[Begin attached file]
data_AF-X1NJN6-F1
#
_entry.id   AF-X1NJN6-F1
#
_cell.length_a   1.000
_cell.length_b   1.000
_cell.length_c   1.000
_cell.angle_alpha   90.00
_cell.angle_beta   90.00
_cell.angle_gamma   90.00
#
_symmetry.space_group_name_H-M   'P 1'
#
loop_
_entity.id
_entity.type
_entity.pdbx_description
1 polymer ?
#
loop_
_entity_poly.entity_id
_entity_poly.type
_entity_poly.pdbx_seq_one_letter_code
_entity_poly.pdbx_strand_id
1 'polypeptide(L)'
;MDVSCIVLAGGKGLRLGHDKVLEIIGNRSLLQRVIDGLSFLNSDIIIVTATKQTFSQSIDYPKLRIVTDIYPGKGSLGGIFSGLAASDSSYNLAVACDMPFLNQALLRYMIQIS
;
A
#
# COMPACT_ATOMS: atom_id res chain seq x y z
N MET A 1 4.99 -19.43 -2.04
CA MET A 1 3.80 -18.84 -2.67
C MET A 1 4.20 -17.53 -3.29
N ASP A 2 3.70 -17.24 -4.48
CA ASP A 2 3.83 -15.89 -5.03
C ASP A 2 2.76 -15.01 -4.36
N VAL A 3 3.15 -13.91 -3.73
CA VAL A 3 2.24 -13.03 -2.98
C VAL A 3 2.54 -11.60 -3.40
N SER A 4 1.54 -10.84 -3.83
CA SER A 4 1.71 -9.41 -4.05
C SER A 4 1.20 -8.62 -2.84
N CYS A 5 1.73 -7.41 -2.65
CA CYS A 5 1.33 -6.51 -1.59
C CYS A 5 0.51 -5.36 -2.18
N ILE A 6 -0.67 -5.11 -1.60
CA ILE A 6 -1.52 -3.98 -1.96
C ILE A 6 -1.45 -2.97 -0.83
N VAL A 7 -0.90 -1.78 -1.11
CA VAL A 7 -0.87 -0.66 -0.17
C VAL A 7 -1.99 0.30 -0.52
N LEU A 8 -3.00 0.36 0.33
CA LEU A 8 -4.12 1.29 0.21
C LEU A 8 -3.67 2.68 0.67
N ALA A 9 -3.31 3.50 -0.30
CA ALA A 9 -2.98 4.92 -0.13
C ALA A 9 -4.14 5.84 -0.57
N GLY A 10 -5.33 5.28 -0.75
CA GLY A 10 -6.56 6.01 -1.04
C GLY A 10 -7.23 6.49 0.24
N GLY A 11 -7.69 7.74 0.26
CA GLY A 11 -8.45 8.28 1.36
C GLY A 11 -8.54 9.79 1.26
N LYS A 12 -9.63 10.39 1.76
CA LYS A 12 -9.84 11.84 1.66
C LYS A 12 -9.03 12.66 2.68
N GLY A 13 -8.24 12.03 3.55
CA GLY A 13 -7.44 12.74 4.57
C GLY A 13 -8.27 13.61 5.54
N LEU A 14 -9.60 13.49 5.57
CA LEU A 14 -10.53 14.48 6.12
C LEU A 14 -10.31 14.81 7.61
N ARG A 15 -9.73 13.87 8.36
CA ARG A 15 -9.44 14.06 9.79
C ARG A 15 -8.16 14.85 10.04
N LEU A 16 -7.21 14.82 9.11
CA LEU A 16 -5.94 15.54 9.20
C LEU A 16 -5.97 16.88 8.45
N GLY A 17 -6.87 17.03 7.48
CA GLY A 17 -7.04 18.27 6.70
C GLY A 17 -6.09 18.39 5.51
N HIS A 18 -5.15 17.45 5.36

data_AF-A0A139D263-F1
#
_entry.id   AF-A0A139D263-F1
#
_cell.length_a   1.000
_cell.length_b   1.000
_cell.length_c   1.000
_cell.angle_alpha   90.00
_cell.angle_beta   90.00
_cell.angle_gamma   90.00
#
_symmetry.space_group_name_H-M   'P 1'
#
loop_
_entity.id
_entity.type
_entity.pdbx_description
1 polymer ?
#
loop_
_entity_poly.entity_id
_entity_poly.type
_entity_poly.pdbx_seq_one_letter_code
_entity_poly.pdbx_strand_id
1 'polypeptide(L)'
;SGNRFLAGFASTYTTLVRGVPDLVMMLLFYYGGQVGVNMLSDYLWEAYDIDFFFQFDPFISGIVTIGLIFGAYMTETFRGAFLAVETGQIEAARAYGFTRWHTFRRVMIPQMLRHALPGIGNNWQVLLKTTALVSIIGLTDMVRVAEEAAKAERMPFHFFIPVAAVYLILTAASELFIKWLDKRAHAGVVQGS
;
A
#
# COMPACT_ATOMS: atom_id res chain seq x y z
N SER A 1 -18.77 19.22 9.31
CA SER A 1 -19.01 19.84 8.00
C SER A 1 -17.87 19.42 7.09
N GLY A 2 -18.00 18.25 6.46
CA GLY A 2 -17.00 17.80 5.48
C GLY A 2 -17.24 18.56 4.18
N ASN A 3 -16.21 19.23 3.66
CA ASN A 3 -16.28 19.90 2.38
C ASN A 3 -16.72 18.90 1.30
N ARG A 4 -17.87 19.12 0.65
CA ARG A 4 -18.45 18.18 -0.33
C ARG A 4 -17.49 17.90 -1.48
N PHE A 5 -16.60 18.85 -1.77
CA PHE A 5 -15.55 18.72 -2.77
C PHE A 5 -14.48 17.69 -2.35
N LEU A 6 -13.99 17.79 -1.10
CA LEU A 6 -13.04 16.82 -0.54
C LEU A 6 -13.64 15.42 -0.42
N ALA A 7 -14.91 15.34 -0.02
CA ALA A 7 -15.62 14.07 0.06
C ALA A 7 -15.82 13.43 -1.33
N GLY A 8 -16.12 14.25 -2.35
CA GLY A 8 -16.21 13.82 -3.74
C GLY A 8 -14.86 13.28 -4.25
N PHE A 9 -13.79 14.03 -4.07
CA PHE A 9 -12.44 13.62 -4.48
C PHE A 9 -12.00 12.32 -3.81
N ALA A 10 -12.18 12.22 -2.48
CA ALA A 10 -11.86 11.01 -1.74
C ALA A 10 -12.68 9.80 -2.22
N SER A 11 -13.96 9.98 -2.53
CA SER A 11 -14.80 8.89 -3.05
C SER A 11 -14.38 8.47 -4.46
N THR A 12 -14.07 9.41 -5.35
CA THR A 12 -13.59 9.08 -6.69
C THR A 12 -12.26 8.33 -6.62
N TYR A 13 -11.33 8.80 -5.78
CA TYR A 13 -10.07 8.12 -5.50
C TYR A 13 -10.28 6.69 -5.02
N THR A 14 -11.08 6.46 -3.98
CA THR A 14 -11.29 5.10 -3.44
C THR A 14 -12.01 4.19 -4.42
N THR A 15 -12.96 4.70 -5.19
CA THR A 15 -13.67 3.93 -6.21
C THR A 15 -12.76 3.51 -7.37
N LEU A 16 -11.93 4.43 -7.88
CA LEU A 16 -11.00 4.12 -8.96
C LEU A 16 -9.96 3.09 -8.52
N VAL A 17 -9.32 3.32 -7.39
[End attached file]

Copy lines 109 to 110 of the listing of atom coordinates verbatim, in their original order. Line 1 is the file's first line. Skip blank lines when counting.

;
A